The data used to test the Tool were originally gathered from administrative cancer databases in Manitoba. These data were chosen to illustrate the value of the Tool and to demonstrate a situation in which interest may focus on all the events (total rate of hospitalization for cancer including recurrences) or on only one event per person (rate of initial hospitalization for cancer among residents of the province).

Table 4 gives a sample of the results. Users can choose the significance threshold (for example, 95%, 90%)Note 1 of the CIs and specify the metrics (for example, $r$, $ASR$, $\left[r\right]$, $\left[ASR\right]$ ), the statistics (estimate, lower [L] and upper [U] limits of CIs), the methods (formulas in Table 1), as well as whether these are required globally or for specific strata. Users must be aware of the appropriateness of the method based on the scope, as shown in Table 1.

Table 4
Pivot table extracted from Zeno Tool
Table summary
This table displays the results of Pivot table extracted from Zeno Tool. The information is grouped by Row labels (appearing as row headers), Estimate, Exact CI (Poisson), CI (Poisson Lognormal) and CI (Compound Poisson) (appearing as column headers).
Row labels Estimate Exact CI (PoissonTable 4 Note 1) CI (Poisson LognormalTable 4 Note 2) CI (Compound PoissonTable 4 Note 3)
r
Estimate 1860.2 Note ...: not applicable Note ...: not applicable Note ...: not applicable
L Note ...: not applicable 1714.3 1851.9 1845.0
U Note ...: not applicable 2083.5 1868.5 1875.5
ASR
Estimate 1885.5 Note ...: not applicable Note ...: not applicable Note ...: not applicable
L Note ...: not applicable 1737.6 1877.1 1869.4
U Note ...: not applicable 2111.7 1893.8 1901.6
[r]
Estimate 923.7 Note ...: not applicable Note ...: not applicable Note ...: not applicable
L Note ...: not applicable 851.3 917.9 917.9
U Note ...: not applicable 1034.6 929.6 929.6
[ASR]
Estimate 964.9 Note ...: not applicable Note ...: not applicable Note ...: not applicable
L Note ...: not applicable 889.3 959.0 958.0
U Note ...: not applicable 1080.7 970.9 971.9

## 6. Conclusion

The Zeno Tool regroups and extends formulas from several published sources. It presents, on a single sheet, the calculations proposed by different authors and allows users to compare the impact of using various methods on the resulting confidence intervals (CIs). The Tool also expands the referenced formulas. For example, in one reference, the CI for $ASR$ might be present, but not the CI for $r$; in another reference, the CI for $r$ might be present, but not the CI for $\left[r\right]$; or formulas for $r$ may exist, but not those for $#E$. Thus, the Zeno Tool completes the set of formulas available for use in a broader range of circumstances that may exist in the data.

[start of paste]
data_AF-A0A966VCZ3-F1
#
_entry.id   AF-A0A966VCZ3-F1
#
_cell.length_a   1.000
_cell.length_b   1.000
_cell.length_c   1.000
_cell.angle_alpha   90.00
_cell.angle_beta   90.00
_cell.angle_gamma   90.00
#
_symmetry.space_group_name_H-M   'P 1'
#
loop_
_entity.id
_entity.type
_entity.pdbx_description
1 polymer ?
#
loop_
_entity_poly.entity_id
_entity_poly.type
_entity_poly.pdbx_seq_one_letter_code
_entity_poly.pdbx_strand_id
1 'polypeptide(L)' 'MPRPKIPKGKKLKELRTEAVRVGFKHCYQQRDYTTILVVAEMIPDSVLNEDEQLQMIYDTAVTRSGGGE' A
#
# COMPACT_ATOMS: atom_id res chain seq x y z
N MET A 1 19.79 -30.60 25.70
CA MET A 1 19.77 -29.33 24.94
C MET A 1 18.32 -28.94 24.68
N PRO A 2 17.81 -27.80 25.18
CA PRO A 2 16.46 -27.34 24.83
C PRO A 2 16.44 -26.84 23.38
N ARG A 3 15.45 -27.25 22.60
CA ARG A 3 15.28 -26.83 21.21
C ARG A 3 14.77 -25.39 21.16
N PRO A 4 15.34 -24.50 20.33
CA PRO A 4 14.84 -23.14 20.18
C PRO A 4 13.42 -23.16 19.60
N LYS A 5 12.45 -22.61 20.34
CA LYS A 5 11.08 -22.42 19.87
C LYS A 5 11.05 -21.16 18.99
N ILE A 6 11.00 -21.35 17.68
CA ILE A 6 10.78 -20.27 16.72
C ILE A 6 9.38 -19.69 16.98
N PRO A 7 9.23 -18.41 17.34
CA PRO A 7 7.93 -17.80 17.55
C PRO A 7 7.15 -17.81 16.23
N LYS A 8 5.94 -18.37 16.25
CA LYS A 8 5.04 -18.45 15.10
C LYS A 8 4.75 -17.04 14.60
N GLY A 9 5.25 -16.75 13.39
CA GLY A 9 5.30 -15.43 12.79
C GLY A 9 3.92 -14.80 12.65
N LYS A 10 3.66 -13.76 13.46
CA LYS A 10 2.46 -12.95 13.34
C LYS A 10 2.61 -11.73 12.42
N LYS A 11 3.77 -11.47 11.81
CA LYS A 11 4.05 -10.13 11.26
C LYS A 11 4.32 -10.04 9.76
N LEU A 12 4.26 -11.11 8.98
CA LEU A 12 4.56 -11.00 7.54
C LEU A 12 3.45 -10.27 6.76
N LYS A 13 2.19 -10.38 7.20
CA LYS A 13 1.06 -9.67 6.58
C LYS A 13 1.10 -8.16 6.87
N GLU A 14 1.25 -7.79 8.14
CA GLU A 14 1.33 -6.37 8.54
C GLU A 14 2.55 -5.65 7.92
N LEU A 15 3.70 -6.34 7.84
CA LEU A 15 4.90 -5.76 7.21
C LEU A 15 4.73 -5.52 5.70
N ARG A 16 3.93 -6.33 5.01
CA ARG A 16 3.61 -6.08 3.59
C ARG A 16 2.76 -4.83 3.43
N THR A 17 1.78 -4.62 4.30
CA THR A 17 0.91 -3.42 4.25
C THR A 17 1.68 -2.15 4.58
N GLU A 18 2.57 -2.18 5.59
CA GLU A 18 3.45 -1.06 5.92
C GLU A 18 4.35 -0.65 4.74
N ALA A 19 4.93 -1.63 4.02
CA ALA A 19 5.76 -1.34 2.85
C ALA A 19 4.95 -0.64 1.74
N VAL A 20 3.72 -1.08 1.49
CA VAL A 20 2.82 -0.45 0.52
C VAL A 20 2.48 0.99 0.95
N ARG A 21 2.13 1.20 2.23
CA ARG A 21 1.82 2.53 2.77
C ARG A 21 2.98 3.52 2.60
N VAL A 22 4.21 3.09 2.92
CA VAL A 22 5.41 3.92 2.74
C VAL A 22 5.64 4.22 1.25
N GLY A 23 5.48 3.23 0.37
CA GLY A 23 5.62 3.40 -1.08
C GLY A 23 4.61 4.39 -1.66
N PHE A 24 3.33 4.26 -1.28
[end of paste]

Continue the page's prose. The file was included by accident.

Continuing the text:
The Tool could be expanded to include features such as comparisons between groups, or tests on over-dispersion or zero-inflated distributions. Implementation of modelling of rates could also be considered. However, caution should be exercised before introducing additional features. While these features would be useful, ease of use could be compromised. The Tool might become cumbersome because additional analyses, such as hypothesis tests, would require more columns or rows, which might not be needed in all situations. As presented, this generalized tool is applicable to a broad array of circumstances, yet flexible and adaptable to suit other specific needs.

## References

Carriere, K.C., and L.L. Roos. 1997. “A Method of Comparison for Standardized Rates of Low-Incidence Events.” Medical Care 35 (1): 57–69.

Daly, L. 1992. “Simple SAS macros for the calculation of exact binomial and Poisson confidence limits.” Computers in Biology and Medicine 22 (5): 351–361.

Fay, M.P., and E.J. Feuer. 1997. “Confidence intervals for directly standardized rates: A method based on the Gamma distribution.” Statistics in Medicine 16 (7): 791–801.

Fleiss, J.L. 1981. Statistical Methods for Rates and Proportions, 2nd Edition. New York: John Wiley and Sons Ltd.

Glynn, R.J., T.A. Stukel, S.M. Sharp, T.A. Bubolz, J.A. Freeman, and E.S. Fisher. 1993. “Estimating the Variance of Standardized Rates of Recurrent Events, with Application to Hospitalizations Among the Elderly in New England.” American Journal of Epidemiology 137 (7): 776–786.

Kegler, S.R. 2007. “Applying the compound Poisson process model to the reporting of injury-related mortality rates.” Epidemiologic Perspectives & Innovations 4 (1). DOI: 10.1186/1742-5573-4-1.

van den Broek, J. 1995. “A score test for zero inflation in a Poisson distribution.” Biometrics 51 (2): 738–743.